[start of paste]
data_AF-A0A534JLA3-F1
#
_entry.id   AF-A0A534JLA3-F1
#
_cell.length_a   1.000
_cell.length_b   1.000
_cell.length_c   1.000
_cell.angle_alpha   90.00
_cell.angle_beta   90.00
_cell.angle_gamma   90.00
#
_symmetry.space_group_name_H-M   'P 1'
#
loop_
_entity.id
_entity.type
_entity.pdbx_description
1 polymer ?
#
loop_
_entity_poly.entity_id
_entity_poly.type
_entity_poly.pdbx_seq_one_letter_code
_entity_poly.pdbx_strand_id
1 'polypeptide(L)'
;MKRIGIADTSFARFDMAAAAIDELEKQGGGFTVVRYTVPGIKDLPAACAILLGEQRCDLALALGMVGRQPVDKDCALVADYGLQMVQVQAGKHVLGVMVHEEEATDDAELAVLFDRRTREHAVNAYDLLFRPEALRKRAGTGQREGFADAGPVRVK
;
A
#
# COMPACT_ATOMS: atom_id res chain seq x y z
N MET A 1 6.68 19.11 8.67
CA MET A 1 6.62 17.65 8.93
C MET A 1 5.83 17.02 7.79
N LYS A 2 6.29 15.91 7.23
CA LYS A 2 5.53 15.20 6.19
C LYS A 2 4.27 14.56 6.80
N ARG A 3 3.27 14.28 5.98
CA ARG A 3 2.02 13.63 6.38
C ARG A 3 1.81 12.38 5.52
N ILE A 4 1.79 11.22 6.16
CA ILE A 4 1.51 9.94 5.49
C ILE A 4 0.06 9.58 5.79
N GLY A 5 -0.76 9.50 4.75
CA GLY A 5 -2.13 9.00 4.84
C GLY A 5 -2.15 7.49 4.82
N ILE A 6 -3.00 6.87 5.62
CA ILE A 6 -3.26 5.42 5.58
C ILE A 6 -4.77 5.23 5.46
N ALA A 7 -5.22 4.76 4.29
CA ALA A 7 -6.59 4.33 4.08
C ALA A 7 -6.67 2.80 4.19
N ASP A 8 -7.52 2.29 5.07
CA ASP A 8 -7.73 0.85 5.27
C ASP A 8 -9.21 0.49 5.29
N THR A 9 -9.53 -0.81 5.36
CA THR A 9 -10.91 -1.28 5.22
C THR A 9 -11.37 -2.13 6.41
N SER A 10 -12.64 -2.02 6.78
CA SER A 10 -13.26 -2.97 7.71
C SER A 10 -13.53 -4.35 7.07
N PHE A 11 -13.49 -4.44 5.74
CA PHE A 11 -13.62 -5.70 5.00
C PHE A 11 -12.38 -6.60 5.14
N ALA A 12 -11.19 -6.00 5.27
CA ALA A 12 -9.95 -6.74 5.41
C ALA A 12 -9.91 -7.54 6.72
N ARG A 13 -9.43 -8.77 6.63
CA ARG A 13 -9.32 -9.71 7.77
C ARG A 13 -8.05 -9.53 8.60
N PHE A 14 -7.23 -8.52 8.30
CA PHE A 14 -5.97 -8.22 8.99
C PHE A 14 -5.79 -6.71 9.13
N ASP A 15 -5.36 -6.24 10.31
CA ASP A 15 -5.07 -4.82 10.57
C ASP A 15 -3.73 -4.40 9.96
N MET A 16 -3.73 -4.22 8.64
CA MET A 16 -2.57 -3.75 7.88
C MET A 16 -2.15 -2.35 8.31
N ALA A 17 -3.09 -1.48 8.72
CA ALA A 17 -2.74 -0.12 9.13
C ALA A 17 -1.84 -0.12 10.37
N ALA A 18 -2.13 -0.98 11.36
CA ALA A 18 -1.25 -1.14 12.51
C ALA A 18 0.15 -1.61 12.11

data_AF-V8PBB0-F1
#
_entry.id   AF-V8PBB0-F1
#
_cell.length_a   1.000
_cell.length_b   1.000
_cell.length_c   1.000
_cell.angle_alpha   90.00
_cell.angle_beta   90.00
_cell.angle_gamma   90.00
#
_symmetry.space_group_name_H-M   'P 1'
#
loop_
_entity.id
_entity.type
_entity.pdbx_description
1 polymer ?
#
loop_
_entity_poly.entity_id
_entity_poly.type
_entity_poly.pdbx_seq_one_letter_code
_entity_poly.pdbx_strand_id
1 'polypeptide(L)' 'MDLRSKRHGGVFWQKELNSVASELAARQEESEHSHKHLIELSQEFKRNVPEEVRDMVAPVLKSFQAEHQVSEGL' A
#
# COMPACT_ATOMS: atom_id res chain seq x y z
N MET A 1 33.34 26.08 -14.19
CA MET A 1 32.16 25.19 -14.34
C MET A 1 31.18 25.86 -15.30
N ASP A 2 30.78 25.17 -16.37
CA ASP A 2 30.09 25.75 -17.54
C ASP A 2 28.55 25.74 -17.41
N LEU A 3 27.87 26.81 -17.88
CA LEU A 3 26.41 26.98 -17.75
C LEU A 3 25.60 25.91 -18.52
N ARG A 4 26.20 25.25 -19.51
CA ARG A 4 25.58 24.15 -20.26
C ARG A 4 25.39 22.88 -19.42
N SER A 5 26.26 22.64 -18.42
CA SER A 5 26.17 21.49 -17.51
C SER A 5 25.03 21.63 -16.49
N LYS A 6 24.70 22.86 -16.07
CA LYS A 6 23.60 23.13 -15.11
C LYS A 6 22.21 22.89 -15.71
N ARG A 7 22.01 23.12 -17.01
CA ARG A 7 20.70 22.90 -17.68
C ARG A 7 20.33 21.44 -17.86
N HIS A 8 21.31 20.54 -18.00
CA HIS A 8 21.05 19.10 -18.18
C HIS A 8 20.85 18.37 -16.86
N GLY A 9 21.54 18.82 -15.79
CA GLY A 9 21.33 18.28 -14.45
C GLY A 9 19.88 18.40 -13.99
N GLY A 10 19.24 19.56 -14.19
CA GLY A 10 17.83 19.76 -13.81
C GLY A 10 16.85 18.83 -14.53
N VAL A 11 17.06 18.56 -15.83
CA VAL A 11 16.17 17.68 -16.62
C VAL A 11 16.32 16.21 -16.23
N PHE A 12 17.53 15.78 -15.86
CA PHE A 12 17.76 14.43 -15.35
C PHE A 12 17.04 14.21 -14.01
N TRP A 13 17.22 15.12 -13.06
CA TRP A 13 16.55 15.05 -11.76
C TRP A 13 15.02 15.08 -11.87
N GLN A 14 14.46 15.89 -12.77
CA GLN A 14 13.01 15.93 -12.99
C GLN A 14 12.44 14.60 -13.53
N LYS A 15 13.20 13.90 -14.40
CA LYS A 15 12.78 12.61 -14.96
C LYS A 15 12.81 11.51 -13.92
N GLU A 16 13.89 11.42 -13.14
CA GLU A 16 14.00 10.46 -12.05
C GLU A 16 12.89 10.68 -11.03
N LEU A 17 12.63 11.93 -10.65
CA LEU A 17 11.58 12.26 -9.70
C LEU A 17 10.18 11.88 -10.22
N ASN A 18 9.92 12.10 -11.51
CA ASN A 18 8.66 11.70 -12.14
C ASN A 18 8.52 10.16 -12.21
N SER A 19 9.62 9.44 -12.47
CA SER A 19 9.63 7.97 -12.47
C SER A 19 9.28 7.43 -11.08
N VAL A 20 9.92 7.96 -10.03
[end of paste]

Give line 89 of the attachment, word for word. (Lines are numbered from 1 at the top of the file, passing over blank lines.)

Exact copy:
_cell.length_a   1.000